CHICAGO (Reuters) - U.S. soybean futures climbed to two-week highs on expectations the Trump administration would announce an aid program on Tuesday to help protect American farmers from economic pain stemming from trade disputes.
Under a White House plan, which has yet to be announced, $12 billion in assistance will be disbursed to farmers through direct assistance, a food purchase and distribution program, and a trade promotion program, according to the Washington Post.
A food purchase program indicates the government will buy crops from farmers, said Charlie Sernatinger, global head of grain futures at broker ED&F Man Capital in Chicago. This helped lift soybeans prices, he said, after the market neared a 10-year low last week over concerns about the U.S.-China trade fight reducing demand for American soy.
“You take surplus grains off the market, what do you think is going to happen? Higher prices,” Sernatinger said.
The most actively traded soybean contract rose 1.1 percent to $8.72 a bushel at the Chicago Board of Trade by 11:20 a.m. CDT (1620 GMT) and reached its highest prices since July 10. Corn slipped 0.9 percent to $3.68 a bushel, and wheat fell 0.6 percent to $5.10-3/4 a bushel.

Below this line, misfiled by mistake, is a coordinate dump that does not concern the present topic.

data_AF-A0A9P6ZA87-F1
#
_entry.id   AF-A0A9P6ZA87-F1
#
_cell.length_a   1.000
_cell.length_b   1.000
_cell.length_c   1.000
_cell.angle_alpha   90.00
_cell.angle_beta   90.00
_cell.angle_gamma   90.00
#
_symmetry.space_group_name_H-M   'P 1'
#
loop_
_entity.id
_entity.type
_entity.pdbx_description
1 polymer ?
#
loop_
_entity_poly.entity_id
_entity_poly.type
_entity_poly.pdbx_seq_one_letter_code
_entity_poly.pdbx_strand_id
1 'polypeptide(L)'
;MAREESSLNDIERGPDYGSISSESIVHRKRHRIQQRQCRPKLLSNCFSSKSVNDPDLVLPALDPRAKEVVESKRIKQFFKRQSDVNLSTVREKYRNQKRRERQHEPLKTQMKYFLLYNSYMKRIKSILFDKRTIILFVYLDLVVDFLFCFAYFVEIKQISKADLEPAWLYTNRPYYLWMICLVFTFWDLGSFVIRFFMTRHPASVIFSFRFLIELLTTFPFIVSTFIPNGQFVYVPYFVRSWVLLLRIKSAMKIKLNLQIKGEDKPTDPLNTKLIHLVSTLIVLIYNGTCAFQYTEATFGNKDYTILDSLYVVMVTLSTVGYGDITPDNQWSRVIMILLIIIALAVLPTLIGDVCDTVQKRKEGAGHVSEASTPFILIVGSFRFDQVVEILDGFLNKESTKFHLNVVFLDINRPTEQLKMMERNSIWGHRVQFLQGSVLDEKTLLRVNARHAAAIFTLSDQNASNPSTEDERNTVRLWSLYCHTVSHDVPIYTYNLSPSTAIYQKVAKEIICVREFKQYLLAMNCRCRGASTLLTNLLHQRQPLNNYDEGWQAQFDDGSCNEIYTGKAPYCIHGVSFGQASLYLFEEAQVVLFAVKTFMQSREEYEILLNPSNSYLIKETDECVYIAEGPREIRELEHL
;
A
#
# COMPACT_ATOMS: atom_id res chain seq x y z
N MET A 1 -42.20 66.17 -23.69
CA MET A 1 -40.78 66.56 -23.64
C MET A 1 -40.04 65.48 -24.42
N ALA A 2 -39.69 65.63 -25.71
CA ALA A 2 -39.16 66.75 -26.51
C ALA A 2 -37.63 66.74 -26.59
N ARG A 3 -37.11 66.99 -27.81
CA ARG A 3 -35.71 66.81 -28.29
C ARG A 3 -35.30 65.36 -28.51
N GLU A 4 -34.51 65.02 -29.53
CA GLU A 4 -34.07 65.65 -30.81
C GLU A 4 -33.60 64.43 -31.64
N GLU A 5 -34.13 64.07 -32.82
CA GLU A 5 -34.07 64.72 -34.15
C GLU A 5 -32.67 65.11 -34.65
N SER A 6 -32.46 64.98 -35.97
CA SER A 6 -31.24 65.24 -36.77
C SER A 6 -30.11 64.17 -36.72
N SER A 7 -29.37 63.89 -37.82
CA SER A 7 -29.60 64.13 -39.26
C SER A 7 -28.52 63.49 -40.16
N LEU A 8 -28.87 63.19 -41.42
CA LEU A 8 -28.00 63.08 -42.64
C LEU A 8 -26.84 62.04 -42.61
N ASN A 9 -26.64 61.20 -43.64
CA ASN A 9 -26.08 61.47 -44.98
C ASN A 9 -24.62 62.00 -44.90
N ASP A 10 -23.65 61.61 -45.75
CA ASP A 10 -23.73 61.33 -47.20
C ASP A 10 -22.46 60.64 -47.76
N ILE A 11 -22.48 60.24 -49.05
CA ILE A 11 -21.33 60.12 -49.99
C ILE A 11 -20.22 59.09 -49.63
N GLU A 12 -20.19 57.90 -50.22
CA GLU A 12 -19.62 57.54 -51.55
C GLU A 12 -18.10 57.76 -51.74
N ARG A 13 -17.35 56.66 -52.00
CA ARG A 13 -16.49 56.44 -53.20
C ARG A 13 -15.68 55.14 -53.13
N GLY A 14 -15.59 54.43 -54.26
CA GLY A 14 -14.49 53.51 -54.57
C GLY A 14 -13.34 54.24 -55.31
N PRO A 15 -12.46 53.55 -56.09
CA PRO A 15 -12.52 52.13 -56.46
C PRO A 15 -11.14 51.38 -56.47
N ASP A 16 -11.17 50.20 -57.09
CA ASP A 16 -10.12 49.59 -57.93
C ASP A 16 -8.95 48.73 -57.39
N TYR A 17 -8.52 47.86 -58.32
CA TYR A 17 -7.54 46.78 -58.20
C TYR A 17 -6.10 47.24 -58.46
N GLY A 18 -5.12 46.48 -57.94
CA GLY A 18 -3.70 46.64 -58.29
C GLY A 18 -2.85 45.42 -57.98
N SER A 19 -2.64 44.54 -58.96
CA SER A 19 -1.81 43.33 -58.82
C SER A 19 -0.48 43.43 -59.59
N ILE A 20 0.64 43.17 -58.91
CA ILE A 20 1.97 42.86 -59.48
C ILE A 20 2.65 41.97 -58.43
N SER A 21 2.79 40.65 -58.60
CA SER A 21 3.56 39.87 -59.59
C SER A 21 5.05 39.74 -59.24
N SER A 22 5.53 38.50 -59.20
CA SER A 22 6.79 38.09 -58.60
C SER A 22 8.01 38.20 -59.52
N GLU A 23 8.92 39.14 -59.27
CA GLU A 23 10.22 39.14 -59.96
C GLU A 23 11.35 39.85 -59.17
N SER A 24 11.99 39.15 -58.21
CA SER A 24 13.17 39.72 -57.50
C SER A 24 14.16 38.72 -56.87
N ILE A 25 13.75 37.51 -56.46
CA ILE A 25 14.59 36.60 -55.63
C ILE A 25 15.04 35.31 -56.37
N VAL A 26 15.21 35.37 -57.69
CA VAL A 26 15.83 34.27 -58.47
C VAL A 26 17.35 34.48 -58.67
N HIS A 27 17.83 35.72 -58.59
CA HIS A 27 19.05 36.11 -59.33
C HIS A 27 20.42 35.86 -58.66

The United States and China have imposed tariffs on $34 billion of each other’s imports and U.S. President Donald Trump on Friday said he was ready to slap tariffs on all $500 billion of imported Chinese goods.
The USDA did not immediately comment on aid for farmers.
The administration’s plan signals that trade tensions will drag on, which is bearish for crop prices over the longer term, said Brian Hoops, president of broker Midwest Market Solutions in Missouri.
“If they’re willing to do that, there’s no quick resolution coming,” Hoops said.
However, expectations for an announcement on Tuesday prompted soy traders to buy back previously sold positions, or offset bets that prices will fall, Hoops said.
“Why worry about protecting the downside when the government is giving it to you for free?” he said.
China implemented a tariff on imports of U.S. soybeans on July 6, after threatening to do so for weeks. The tensions prompted Chinese buyers to load up on soybeans from Brazil, instead of the United States.
The shift has pressured U.S. soy prices, increasing demand from buyers such as Pakistan, and raised premiums in Brazil.
“Right now all non-China business for soybeans is coming to the United States,” said Arlan Suderman, chief commodities economist for brokerage INTL FCStone.
Additional reporting by Michael Hirtzer in Chicago, Michael Hogan in Hamburg, Naveen Thukral in Singapore, editing by David Evans and Tom Brown